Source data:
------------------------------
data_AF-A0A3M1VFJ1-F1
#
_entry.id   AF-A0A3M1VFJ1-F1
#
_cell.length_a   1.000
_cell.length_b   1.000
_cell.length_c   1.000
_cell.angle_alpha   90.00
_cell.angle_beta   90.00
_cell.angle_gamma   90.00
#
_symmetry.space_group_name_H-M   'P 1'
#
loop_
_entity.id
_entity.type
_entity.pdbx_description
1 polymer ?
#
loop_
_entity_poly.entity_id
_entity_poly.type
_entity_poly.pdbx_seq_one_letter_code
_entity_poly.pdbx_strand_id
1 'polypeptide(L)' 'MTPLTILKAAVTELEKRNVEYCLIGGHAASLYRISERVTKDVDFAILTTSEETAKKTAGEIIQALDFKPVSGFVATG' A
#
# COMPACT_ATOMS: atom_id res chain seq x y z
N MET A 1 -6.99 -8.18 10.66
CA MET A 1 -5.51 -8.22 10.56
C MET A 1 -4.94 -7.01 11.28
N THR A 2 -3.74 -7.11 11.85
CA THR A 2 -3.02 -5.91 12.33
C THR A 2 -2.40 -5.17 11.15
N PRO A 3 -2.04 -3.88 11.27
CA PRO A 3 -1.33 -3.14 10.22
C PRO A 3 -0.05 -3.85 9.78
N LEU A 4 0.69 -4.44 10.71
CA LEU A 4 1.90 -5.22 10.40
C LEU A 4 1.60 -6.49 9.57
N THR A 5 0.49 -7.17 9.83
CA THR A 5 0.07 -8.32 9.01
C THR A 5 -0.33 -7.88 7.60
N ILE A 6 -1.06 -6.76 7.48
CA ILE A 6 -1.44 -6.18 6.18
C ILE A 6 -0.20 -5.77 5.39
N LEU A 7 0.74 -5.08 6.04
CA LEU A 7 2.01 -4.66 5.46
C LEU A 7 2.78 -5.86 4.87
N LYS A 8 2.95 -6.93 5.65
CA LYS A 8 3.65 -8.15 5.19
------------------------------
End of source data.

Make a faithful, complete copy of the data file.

data_AF-A0A3M1VFJ1-F1
#
_entry.id   AF-A0A3M1VFJ1-F1
#
_cell.length_a   1.000
_cell.length_b   1.000
_cell.length_c   1.000
_cell.angle_alpha   90.00
_cell.angle_beta   90.00
_cell.angle_gamma   90.00
#
_symmetry.space_group_name_H-M   'P 1'
#
loop_
_entity.id
_entity.type
_entity.pdbx_description
1 polymer ?
#
loop_
_entity_poly.entity_id
_entity_poly.type
_entity_poly.pdbx_seq_one_letter_code
_entity_poly.pdbx_strand_id
1 'polypeptide(L)' 'MTPLTILKAAVTELEKRNVEYCLIGGHAASLYRISERVTKDVDFAILTTSEETAKKTAGEIIQALDFKPVSGFVATG' A
#
# COMPACT_ATOMS: atom_id res chain seq x y z
N MET A 1 -6.99 -8.18 10.66
CA MET A 1 -5.51 -8.22 10.56
C MET A 1 -4.94 -7.01 11.28
N THR A 2 -3.74 -7.11 11.85
CA THR A 2 -3.02 -5.91 12.33
C THR A 2 -2.40 -5.17 11.15
N PRO A 3 -2.04 -3.88 11.27
CA PRO A 3 -1.33 -3.14 10.22
C PRO A 3 -0.05 -3.85 9.78
N LEU A 4 0.69 -4.44 10.71
CA LEU A 4 1.90 -5.22 10.40
C LEU A 4 1.60 -6.49 9.57
N THR A 5 0.49 -7.17 9.83
CA THR A 5 0.07 -8.32 9.01
C THR A 5 -0.33 -7.88 7.60
N ILE A 6 -1.06 -6.76 7.48
CA ILE A 6 -1.44 -6.18 6.18
C ILE A 6 -0.20 -5.77 5.39
N LEU A 7 0.74 -5.08 6.04
CA LEU A 7 2.01 -4.66 5.46
C LEU A 7 2.78 -5.86 4.87
N LYS A 8 2.95 -6.93 5.65
CA LYS A 8 3.65 -8.15 5.19